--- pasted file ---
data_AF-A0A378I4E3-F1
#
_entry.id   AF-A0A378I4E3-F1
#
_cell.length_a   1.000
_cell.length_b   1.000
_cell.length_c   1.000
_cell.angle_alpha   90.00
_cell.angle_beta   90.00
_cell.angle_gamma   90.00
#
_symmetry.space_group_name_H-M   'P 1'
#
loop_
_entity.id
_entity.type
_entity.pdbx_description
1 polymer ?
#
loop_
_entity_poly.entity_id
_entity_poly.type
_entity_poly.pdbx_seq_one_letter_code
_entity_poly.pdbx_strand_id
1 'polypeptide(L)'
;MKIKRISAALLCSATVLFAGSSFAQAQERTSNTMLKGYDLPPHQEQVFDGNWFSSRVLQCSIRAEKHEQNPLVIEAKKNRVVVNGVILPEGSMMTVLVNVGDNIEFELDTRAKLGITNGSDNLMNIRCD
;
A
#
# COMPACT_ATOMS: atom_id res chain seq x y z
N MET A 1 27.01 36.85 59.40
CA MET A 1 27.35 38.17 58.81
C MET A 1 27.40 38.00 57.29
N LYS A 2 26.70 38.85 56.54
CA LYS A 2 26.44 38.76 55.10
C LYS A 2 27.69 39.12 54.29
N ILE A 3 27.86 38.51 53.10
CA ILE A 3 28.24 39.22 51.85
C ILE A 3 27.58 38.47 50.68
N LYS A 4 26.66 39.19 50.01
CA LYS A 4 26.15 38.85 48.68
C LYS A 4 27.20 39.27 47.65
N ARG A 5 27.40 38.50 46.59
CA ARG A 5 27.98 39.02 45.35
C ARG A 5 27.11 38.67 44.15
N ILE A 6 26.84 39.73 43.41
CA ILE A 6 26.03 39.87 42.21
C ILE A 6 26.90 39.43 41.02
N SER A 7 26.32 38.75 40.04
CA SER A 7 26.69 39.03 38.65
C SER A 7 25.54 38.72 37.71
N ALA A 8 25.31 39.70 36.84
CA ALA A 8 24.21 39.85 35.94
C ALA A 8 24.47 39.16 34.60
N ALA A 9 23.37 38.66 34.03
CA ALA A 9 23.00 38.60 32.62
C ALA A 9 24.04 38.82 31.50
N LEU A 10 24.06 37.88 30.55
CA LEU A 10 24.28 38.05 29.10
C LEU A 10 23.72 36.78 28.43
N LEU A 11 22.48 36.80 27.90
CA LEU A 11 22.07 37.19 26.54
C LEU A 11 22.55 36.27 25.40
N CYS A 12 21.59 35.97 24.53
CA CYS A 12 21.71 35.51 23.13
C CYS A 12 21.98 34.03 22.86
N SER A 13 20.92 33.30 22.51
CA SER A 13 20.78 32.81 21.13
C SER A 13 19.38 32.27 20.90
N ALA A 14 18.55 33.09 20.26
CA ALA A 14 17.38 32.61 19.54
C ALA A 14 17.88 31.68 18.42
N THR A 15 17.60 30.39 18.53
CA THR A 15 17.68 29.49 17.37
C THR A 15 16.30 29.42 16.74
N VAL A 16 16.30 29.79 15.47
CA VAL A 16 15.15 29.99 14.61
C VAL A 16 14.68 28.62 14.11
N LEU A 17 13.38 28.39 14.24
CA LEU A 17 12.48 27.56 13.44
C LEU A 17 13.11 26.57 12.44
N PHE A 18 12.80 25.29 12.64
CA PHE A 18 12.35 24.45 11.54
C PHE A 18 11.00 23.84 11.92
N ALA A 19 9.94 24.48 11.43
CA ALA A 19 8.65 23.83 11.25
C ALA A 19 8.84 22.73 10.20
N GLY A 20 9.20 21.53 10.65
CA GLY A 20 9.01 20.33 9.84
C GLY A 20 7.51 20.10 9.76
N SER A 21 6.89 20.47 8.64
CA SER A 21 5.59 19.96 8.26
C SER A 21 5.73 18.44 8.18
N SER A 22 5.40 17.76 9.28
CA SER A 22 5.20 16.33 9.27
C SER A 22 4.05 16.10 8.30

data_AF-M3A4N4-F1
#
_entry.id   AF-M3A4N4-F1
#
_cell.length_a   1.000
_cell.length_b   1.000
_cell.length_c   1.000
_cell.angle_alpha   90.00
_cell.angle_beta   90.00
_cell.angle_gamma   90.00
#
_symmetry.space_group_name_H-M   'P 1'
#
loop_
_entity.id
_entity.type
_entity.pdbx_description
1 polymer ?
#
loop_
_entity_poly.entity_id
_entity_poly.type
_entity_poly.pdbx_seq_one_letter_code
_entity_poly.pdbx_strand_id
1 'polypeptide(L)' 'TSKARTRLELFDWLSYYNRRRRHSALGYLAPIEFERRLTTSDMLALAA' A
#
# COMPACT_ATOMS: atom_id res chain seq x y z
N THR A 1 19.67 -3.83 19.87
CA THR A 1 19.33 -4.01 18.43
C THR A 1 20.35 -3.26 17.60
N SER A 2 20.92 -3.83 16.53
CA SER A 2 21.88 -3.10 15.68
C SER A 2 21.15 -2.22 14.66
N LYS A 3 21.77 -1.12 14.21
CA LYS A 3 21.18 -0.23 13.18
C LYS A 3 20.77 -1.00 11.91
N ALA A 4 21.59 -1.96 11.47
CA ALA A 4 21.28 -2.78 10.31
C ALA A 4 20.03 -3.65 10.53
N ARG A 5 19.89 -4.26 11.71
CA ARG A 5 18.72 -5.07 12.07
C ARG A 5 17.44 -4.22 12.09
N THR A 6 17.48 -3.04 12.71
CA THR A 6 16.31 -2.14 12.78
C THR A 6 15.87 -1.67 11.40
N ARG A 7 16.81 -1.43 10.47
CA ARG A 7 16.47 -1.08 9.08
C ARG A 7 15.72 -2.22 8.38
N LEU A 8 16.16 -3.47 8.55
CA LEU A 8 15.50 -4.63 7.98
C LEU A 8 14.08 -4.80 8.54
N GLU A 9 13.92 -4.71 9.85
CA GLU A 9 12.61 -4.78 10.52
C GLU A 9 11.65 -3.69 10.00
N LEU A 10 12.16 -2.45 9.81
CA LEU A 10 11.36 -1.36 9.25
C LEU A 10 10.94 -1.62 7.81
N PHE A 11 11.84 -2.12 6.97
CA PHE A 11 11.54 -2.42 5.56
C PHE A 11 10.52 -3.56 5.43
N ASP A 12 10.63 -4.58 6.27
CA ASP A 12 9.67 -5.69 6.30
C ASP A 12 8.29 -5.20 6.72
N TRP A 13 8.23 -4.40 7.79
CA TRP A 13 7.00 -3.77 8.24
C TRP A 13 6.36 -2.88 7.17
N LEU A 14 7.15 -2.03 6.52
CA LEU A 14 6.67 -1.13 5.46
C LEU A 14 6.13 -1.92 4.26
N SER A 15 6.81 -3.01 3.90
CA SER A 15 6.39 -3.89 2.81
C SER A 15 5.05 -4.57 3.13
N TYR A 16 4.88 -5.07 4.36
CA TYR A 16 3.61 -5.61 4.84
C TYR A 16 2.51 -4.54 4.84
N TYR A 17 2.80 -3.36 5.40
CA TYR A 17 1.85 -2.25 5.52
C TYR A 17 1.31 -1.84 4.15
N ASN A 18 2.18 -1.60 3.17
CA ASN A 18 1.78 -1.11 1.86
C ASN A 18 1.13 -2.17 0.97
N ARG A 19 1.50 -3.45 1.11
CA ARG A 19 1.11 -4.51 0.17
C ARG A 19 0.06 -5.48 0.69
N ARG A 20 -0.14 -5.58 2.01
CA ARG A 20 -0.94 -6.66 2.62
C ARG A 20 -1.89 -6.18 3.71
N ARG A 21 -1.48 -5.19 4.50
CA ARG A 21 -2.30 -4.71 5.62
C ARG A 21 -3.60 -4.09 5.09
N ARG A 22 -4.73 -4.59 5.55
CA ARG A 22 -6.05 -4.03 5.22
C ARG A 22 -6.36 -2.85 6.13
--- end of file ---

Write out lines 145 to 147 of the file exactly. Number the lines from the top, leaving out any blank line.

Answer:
N LEU A 8 16.16 -3.47 8.55
CA LEU A 8 15.50 -4.63 7.98
C LEU A 8 14.08 -4.80 8.54